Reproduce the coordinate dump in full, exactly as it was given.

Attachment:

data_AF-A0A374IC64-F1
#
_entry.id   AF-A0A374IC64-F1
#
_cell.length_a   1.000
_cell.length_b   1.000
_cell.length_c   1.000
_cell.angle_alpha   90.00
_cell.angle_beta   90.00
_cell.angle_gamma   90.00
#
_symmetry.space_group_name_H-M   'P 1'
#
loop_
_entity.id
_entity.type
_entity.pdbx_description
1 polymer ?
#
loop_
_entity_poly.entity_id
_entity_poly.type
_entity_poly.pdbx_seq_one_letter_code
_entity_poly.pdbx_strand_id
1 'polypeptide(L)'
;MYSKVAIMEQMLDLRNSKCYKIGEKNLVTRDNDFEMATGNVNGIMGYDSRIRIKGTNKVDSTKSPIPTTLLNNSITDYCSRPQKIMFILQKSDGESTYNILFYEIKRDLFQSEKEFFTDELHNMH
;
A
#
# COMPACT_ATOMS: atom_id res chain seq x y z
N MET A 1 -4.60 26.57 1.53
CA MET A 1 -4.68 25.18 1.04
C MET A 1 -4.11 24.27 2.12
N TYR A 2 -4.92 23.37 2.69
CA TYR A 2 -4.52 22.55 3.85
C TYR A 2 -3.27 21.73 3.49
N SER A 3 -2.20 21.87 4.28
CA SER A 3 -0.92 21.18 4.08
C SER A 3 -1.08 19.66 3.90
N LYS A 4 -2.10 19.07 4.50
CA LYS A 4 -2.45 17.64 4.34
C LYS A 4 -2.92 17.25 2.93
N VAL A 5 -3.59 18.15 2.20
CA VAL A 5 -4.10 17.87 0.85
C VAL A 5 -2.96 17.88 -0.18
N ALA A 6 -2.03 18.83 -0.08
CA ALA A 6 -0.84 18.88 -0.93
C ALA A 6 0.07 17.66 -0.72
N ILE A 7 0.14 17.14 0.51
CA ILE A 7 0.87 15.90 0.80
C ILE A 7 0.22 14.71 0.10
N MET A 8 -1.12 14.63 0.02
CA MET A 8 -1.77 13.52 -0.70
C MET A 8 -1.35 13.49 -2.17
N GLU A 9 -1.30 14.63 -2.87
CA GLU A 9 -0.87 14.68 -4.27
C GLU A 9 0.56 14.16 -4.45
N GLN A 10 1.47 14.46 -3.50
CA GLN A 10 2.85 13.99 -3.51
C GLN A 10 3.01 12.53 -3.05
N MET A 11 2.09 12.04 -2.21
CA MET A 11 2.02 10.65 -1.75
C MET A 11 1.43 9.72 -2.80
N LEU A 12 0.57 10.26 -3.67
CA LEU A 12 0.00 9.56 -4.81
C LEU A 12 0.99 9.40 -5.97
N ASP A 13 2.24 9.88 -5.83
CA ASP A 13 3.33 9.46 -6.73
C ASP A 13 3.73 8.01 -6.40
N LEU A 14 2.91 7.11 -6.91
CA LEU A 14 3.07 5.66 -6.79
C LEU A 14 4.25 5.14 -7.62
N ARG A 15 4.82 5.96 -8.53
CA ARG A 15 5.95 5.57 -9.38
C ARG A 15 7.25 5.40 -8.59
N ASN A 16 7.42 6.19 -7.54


data_AF-A0A374IC64-F1
#
_entry.id   AF-A0A374IC64-F1
#
_cell.length_a   1.000
_cell.length_b   1.000
_cell.length_c   1.000
_cell.angle_alpha   90.00
_cell.angle_beta   90.00
_cell.angle_gamma   90.00
#
_symmetry.space_group_name_H-M   'P 1'
#
loop_
_entity.id
_entity.type
_entity.pdbx_description
1 polymer ?
#
loop_
_entity_poly.entity_id
_entity_poly.type
_entity_poly.pdbx_seq_one_letter_code
_entity_poly.pdbx_strand_id
1 'polypeptide(L)'
;MYSKVAIMEQMLDLRNSKCYKIGEKNLVTRDNDFEMATGNVNGIMGYDSRIRIKGTNKVDSTKSPIPTTLLNNSITDYCSRPQKIMFILQKSDGESTYNILFYEIKRDLFQSEKEFFTDELHNMH
;
A
#
# COMPACT_ATOMS: atom_id res chain seq x y z
N MET A 1 -4.60 26.57 1.53
CA MET A 1 -4.68 25.18 1.04
C MET A 1 -4.11 24.27 2.12
N TYR A 2 -4.92 23.37 2.69
CA TYR A 2 -4.52 22.55 3.85
C TYR A 2 -3.27 21.73 3.49
N SER A 3 -2.20 21.87 4.28
CA SER A 3 -0.92 21.18 4.08
C SER A 3 -1.08 19.66 3.90
N LYS A 4 -2.10 19.07 4.50
CA LYS A 4 -2.45 17.64 4.34
C LYS A 4 -2.92 17.25 2.93
N VAL A 5 -3.59 18.15 2.20
CA VAL A 5 -4.10 17.87 0.85
C VAL A 5 -2.96 17.88 -0.18
N ALA A 6 -2.03 18.83 -0.08
CA ALA A 6 -0.84 18.88 -0.93
C ALA A 6 0.07 17.66 -0.72
N ILE A 7 0.14 17.14 0.51
CA ILE A 7 0.87 15.90 0.80
C ILE A 7 0.22 14.71 0.10
N MET A 8 -1.12 14.63 0.02
CA MET A 8 -1.77 13.52 -0.70
C MET A 8 -1.35 13.49 -2.17
N GLU A 9 -1.30 14.63 -2.87
CA GLU A 9 -0.87 14.68 -4.27
C GLU A 9 0.56 14.16 -4.45
N GLN A 10 1.47 14.46 -3.50
CA GLN A 10 2.85 13.99 -3.51
C GLN A 10 3.01 12.53 -3.05
N MET A 11 2.09 12.04 -2.21
CA MET A 11 2.02 10.65 -1.75
C MET A 11 1.43 9.72 -2.80
N LEU A 12 0.57 10.26 -3.67
CA LEU A 12 0.00 9.56 -4.81
C LEU A 12 0.99 9.40 -5.97
N ASP A 13 2.24 9.88 -5.83
CA ASP A 13 3.33 9.46 -6.73
C ASP A 13 3.73 8.01 -6.40
N LEU A 14 2.91 7.11 -6.91
CA LEU A 14 3.07 5.66 -6.79
C LEU A 14 4.25 5.14 -7.62
N ARG A 15 4.82 5.96 -8.53
CA ARG A 15 5.95 5.57 -9.38
C ARG A 15 7.25 5.40 -8.59
N ASN A 16 7.42 6.19 -7.54